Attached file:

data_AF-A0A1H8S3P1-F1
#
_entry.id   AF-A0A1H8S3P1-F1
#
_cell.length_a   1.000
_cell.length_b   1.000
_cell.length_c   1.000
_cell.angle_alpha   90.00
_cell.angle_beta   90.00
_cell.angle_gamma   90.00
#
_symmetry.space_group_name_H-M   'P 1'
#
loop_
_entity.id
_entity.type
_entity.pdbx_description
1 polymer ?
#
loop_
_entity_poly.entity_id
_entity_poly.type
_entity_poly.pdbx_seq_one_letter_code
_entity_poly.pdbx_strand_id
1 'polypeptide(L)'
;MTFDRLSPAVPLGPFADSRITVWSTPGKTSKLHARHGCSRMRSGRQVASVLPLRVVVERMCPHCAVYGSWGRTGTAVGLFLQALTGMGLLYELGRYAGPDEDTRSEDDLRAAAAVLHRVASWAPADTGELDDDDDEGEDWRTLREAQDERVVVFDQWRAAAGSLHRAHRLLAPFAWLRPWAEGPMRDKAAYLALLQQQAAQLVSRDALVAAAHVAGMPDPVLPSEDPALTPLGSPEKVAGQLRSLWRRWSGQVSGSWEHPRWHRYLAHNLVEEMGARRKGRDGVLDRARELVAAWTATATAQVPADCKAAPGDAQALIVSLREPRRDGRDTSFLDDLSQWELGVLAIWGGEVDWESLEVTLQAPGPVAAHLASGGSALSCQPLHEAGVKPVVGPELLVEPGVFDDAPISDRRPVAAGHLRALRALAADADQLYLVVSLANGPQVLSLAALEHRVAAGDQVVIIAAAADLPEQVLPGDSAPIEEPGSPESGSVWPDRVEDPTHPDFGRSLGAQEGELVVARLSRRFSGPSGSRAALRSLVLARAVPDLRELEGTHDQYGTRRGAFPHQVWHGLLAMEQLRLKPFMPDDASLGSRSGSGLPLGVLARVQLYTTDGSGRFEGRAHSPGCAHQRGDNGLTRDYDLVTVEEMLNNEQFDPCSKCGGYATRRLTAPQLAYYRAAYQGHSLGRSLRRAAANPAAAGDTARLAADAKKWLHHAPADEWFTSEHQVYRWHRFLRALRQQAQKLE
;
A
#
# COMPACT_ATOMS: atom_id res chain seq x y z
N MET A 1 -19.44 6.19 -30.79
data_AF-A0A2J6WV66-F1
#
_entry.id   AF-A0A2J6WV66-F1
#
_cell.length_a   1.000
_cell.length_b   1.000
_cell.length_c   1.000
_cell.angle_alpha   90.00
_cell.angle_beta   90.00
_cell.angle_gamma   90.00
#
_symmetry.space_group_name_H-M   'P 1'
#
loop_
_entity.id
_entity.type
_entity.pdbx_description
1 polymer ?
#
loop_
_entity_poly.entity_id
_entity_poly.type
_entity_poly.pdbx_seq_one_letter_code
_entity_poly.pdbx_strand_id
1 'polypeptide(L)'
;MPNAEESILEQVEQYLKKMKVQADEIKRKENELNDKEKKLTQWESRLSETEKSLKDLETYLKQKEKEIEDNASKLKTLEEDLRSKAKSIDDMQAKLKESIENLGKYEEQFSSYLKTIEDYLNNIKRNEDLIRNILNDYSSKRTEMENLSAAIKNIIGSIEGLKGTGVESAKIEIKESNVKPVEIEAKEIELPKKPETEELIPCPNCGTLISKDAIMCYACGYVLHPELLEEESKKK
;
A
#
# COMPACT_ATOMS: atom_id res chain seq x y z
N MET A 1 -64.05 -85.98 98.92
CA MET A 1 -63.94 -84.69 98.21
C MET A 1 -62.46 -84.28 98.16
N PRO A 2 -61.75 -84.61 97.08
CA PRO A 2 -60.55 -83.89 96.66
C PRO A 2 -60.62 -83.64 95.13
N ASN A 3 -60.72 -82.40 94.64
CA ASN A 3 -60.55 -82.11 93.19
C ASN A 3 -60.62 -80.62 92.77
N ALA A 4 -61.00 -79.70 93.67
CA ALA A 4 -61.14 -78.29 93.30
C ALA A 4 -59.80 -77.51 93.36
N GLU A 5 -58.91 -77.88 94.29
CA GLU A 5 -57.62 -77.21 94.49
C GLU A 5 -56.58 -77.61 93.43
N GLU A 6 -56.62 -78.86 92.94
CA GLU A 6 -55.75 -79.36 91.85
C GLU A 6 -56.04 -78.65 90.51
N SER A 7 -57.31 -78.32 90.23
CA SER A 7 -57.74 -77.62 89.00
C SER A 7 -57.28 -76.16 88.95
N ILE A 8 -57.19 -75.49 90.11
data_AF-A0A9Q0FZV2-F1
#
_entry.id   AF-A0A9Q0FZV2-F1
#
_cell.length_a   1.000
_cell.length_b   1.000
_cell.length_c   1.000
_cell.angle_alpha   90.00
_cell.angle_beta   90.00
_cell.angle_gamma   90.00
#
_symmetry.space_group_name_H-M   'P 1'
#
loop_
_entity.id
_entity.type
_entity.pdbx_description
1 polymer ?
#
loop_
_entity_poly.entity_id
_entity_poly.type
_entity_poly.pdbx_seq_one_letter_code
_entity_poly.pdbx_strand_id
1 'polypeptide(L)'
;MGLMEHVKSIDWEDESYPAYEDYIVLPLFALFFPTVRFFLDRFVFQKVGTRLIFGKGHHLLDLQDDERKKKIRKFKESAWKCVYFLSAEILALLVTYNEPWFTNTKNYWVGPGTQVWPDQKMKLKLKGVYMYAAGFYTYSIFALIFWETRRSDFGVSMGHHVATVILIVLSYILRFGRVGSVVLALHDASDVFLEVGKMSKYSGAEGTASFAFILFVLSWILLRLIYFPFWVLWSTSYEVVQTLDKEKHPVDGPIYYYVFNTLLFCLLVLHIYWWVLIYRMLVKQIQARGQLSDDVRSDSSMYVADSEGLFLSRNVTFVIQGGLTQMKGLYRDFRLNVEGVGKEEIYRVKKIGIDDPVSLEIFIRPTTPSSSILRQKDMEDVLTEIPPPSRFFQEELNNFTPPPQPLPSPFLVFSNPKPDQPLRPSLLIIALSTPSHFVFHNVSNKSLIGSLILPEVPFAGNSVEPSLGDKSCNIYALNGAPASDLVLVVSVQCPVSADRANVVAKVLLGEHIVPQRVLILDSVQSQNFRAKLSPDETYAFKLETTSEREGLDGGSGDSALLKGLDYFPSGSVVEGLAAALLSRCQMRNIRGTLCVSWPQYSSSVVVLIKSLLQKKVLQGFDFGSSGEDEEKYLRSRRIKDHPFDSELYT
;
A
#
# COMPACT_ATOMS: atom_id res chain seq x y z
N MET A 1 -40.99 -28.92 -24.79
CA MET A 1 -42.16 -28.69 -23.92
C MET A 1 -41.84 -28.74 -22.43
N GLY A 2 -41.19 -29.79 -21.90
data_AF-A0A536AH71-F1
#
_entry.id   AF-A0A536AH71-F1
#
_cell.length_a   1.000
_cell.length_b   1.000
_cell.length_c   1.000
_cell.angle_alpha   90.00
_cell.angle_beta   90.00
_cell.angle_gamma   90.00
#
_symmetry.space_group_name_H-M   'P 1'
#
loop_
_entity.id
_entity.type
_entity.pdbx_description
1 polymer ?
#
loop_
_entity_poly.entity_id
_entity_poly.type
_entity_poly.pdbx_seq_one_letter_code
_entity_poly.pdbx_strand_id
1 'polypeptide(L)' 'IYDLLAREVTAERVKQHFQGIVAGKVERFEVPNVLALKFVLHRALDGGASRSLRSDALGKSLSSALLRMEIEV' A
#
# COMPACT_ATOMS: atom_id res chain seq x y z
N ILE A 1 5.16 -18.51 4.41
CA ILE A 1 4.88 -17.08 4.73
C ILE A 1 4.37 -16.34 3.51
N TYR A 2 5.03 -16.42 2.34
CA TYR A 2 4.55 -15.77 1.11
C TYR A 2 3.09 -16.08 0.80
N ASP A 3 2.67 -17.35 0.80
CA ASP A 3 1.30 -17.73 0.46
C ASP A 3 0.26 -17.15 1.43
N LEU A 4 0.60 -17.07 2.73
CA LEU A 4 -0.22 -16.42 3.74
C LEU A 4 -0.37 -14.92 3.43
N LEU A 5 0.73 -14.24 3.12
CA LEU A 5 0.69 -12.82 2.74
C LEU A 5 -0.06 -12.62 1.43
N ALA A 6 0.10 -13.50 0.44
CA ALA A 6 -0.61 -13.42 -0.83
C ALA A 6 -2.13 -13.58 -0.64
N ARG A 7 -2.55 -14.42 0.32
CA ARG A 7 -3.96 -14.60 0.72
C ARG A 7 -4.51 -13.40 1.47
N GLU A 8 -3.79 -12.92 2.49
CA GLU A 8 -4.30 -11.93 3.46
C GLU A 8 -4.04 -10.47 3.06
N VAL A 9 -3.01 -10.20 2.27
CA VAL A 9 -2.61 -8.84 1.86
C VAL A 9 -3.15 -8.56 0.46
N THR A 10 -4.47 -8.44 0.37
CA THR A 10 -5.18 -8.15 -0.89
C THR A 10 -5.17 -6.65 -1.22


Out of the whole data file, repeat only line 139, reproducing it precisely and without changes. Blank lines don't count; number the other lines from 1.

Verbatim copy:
_entity_poly.type